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The University of Southampton

Space data and remote sensing blended to target net-zero emissions in buildings

Published: 26 January 2021
Southampton engineer Dr Phil Wu
Southampton engineer Dr Phil Wu is the founder of Absolar.

A sustainable engineering collaboration with the University of Southampton is enhancing cutting-edge software that analyses buildings’ energy performance and helps develop plans to achieve net-zero carbon emissions.

Absolar, founded by sustainable energy engineer Dr Phil Wu, has received funding from the UK Space Agency to collaborate with University research software engineers on a Carbon Action Planning Tool (CAPT).

The software integrates satellite images, solar radiation and LiDAR with other data sources to provide organisations with a clear view of financial and CO2 performance in buildings at property or portfolio level.

The technology used in CAPT has already been adopted by Southampton City Council and Portsmouth City Council.

Dr Wu, from the Sustainable Energy Research Group, says: “We are thrilled to have received support from the UK Space Agency and to collaborate with the University’s Research Software Engineers. The support and collaboration will ultimately mean organisations benefit from an enhanced step-by-step understanding to achieve net-zero carbon emissions across their property portfolios and save energy costs at the same time.”

The funding is one of five investments announced by the national Space Research and Innovation Network for Technology (SPRINT).

Science Minister Amanda Solloway says: “The UK’s space sector is flourishing and it is vital we give our most innovative space businesses and universities the right support to collaborate, share best practice and drive forward new ideas that could help enrich all our lives.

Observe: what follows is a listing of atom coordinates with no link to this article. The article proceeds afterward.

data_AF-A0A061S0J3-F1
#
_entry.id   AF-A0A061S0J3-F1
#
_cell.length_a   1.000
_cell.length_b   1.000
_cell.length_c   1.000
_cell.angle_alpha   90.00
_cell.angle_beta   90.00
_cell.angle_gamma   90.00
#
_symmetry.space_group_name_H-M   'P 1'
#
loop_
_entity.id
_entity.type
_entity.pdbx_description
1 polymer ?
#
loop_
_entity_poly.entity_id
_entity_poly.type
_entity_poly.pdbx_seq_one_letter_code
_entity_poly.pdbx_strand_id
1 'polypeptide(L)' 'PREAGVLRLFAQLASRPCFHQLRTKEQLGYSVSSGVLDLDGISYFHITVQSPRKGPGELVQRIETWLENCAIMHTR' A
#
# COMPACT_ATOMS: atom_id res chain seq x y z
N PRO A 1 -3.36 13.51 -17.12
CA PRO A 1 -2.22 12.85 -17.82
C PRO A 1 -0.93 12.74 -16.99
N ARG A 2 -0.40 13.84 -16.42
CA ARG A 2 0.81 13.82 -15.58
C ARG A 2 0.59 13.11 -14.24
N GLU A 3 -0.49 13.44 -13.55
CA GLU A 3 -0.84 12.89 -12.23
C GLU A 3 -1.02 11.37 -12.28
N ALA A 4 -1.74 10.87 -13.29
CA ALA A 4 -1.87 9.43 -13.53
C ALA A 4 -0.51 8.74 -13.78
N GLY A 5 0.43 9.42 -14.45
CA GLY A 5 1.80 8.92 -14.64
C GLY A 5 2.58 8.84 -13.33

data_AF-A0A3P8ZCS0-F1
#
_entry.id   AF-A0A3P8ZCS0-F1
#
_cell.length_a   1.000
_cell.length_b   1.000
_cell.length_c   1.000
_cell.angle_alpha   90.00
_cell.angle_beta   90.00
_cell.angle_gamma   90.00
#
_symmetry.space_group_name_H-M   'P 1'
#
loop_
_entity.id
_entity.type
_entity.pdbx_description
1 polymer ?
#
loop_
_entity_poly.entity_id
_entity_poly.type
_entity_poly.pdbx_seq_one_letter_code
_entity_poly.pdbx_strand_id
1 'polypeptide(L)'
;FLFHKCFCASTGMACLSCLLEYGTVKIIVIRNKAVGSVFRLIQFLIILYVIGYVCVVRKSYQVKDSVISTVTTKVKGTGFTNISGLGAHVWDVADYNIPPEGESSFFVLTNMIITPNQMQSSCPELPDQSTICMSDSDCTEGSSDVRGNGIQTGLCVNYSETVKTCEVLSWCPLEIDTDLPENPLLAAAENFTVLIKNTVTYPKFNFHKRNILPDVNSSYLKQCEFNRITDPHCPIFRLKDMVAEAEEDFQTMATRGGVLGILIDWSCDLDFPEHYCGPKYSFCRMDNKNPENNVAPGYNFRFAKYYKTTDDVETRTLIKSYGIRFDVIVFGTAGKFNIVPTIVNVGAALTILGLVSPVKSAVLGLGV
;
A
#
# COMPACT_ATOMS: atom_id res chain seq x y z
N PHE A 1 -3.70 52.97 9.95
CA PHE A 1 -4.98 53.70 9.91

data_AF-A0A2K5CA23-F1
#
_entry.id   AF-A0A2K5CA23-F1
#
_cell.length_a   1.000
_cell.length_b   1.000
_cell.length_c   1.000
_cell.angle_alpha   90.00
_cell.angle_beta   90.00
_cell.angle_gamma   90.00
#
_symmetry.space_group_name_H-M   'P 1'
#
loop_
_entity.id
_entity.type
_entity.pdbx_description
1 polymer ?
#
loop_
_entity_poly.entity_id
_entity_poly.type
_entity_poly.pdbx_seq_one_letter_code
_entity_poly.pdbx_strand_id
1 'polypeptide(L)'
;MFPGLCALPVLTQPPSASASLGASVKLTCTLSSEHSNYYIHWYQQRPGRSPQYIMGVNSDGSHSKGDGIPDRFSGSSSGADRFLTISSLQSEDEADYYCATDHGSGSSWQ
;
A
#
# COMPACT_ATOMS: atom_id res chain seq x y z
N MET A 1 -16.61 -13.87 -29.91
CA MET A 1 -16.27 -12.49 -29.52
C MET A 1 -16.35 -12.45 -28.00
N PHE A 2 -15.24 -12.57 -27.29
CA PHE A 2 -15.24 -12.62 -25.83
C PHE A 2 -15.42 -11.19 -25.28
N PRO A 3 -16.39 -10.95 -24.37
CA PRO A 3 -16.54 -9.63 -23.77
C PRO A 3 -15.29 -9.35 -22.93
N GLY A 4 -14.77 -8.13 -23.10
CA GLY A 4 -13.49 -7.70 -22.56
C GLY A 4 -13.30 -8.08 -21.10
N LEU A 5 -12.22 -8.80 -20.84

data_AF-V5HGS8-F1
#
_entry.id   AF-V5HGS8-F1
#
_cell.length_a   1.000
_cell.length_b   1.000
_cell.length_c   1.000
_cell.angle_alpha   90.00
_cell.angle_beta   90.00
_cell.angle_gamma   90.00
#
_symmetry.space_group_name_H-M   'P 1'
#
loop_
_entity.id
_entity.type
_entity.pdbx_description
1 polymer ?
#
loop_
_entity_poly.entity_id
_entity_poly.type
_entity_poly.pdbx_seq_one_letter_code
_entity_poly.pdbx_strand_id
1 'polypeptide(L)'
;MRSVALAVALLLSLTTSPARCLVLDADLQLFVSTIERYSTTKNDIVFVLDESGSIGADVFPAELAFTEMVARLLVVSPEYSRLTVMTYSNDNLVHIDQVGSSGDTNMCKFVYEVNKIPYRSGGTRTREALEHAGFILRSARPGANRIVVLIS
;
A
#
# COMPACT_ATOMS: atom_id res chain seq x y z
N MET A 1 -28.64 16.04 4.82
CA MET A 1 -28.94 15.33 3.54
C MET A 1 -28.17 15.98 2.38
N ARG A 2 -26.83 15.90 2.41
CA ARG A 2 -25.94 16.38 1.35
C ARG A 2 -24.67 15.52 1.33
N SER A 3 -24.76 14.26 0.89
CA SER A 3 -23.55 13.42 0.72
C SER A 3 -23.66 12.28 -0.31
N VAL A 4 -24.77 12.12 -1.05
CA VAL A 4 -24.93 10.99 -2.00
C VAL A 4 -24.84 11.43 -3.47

“Today’s funding will provide lift off to some of the country’s most ambitious space collaborations, accelerating potentially game-changing technologies that will help the UK respond to global challenges such as cutting carbon emissions.”

One of the projects, involving the University of Southampton’s Iris Kramer, will use space archaeology and Earth Observation data to help the construction industry by spotting likely sites for archaeology.

The start-up business, ArchAI, is saving people and businesses money when acquiring planning permission by significantly lowering the risk of construction inadvertently beginning on a burial site.

Iris Kramer, CEO of ArchAI, says: “This project will help us increase the training data of known archaeological sites and validate our AI across the country to detect unknown sites. We’ll also be able to improve our solution on satellite imagery which will help us scale globally.”

Both Absolar and ArchAI exhibited at CES 2021 this month through Future Worlds, the on-campus start-up accelerator at the University of Southampton.

Absolar launched their cutting edge software, INTERA, at CES. People can experience a demonstration of the software on the Absolar website.


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